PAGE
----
@Renee - I'm SO glad you told me about that book! I'm *very* interested in it. Going to hunt it down and yes, I'll share my thoughts WHEN I read it. :)

It is helpful to hear more about her because when it comes to fluffy/Christmas reads, I tend not to look up much info about the book because I'm just after a "comedy/romance/chick flick".

@QOC - I'm now going to think it's HILARIOUS that she lives in YOUR town. With YOU!

Barbara H. said...

The book of hers that I had mentioned with the explicit scene was The Shop on Blossom Street about four women from different walks of life coming together over a knitting class (what could sound more innocent than that?) It was published in 2004 -- I don't know if that was before or after the change Renee spoke of. I started to share the one sentence that has been burned in my brain since I saw it and comes to mind whenever I see her name now, just to show what I meant, but felt that would be going too far. If I didn't want to put it on my blog I'm sure you wouldn't want it here, either.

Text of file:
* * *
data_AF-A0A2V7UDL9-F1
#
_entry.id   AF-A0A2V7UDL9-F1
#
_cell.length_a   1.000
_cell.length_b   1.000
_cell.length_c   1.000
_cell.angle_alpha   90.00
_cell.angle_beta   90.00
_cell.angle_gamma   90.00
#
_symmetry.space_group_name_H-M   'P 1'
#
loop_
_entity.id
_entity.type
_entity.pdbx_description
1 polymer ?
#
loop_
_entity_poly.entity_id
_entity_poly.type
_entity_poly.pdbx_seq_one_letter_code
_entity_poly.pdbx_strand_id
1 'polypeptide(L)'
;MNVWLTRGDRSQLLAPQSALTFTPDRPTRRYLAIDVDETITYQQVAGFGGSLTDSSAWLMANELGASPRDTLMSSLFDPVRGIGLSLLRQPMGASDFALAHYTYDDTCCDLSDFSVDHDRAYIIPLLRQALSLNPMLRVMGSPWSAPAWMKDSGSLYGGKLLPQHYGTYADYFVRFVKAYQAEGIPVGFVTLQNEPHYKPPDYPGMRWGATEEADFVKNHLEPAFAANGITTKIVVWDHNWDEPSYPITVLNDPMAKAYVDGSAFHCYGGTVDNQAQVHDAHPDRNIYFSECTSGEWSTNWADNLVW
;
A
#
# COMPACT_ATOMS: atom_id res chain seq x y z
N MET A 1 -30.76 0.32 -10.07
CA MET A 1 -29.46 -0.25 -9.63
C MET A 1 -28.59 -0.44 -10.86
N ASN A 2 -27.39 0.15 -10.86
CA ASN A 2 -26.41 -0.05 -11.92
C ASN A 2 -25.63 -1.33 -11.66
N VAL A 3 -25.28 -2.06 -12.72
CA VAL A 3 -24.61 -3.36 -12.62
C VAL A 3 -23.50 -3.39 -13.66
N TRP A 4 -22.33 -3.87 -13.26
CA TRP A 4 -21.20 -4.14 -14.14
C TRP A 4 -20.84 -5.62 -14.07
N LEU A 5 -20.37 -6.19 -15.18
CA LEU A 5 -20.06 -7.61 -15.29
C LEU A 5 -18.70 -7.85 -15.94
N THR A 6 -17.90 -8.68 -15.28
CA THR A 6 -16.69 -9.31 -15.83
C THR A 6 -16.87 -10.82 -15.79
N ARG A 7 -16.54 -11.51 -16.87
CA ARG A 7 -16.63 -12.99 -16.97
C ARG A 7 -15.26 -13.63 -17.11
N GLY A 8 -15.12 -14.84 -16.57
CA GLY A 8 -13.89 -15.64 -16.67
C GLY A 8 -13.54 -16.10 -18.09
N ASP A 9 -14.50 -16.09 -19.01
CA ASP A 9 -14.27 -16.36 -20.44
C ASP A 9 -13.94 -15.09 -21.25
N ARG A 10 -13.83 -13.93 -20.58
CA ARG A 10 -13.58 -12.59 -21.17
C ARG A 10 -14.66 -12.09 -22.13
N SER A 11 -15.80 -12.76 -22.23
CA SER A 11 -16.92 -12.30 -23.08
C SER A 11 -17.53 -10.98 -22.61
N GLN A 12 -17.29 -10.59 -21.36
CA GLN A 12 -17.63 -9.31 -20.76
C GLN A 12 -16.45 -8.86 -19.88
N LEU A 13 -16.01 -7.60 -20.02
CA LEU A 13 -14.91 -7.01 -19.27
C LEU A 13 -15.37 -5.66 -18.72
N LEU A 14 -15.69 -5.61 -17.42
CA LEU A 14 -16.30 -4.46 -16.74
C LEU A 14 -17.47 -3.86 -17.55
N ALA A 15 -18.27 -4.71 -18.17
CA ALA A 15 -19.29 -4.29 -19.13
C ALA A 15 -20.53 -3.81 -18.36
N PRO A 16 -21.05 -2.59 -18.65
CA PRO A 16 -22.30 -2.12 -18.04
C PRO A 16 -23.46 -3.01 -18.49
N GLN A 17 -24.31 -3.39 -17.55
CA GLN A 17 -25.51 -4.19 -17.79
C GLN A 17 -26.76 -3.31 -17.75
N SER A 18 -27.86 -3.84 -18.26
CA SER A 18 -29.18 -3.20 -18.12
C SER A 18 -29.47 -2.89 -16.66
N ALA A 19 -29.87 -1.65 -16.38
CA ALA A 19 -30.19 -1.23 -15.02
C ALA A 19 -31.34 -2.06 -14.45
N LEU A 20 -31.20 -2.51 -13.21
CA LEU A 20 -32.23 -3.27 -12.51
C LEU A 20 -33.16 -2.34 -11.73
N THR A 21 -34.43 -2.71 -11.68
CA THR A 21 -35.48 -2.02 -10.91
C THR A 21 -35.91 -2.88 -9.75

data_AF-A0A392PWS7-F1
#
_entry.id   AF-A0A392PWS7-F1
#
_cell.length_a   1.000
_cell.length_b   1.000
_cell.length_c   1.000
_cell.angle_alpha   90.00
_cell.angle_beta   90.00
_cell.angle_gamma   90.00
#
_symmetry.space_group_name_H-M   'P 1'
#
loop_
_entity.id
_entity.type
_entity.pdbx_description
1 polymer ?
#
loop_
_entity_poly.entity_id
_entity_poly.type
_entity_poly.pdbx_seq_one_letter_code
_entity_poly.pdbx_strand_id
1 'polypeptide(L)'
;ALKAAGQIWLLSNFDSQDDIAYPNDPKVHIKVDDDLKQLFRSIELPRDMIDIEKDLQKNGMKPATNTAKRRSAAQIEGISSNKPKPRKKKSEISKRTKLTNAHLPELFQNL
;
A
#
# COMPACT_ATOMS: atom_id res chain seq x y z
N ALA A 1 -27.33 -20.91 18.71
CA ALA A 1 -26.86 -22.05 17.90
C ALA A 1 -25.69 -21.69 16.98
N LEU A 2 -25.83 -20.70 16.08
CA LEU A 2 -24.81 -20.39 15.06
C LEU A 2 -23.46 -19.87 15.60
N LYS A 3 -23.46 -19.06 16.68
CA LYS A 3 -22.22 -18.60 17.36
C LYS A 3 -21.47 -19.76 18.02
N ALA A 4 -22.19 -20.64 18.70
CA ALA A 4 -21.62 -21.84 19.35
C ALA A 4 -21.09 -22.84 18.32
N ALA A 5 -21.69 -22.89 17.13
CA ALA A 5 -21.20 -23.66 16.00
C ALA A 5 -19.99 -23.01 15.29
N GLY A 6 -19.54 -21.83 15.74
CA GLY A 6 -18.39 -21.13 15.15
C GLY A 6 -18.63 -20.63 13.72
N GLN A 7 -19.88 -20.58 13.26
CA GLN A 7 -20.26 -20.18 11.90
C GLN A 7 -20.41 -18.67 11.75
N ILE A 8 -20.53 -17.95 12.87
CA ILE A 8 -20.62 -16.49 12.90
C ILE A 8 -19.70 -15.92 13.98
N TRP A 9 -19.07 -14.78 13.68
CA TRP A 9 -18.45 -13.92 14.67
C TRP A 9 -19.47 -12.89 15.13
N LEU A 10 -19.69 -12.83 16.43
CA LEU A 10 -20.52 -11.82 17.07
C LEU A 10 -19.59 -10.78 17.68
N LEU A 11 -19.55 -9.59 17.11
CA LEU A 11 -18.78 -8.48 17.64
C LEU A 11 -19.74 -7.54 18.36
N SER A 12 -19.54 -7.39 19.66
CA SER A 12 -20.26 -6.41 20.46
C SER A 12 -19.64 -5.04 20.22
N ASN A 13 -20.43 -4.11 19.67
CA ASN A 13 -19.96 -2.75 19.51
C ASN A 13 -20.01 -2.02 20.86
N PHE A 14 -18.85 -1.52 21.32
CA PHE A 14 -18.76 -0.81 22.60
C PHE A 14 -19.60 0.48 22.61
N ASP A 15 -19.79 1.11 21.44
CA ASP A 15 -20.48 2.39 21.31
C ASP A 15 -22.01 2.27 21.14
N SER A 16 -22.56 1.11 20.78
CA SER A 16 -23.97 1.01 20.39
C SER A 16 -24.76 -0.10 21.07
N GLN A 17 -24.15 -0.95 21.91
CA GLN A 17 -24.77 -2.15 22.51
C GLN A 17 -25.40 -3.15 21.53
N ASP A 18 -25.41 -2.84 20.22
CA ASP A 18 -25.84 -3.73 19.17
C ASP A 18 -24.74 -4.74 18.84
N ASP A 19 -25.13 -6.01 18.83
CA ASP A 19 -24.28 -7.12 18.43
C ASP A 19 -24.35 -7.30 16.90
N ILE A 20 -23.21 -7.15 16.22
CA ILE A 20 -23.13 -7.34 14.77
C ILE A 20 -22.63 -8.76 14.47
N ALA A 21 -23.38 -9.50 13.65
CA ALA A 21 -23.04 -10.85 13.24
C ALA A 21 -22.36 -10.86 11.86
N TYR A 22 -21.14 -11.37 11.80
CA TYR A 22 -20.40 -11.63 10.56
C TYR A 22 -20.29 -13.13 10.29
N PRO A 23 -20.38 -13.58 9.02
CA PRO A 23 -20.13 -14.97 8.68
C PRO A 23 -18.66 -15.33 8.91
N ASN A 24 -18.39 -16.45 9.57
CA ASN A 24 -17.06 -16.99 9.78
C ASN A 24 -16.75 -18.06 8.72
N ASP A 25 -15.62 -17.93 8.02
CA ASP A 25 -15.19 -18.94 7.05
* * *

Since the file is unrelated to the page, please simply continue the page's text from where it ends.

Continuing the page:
If it was after, I'd be interested to know how she reconciles such things with her faith.

Susanne said...

I read a non-fiction book of hers last year called "God's Guest List - welcoming those who influence our lives". It was about taking note of those people God sends into our lives daily and the blessings they bring. But I have to say I've never read a fiction of hers though I see them at the library all the time

Stephanie said...

"Oh, honey! What fragrant breath you have!" <--- That made ME lol! Too funny.

I also like this quote -->
"Even though it is "light" reading, that doesn't really give me permission to turn my brain off as everything we read or watch should be examined in the light of scripture."

I'm really disturbed by the number of Christians I'm hearing say that their choices of entertainment are ok because "it's just entertainment and doesn't affect" them. We are designed to be affected by what we see, hear, and read. {getting off soapbox now}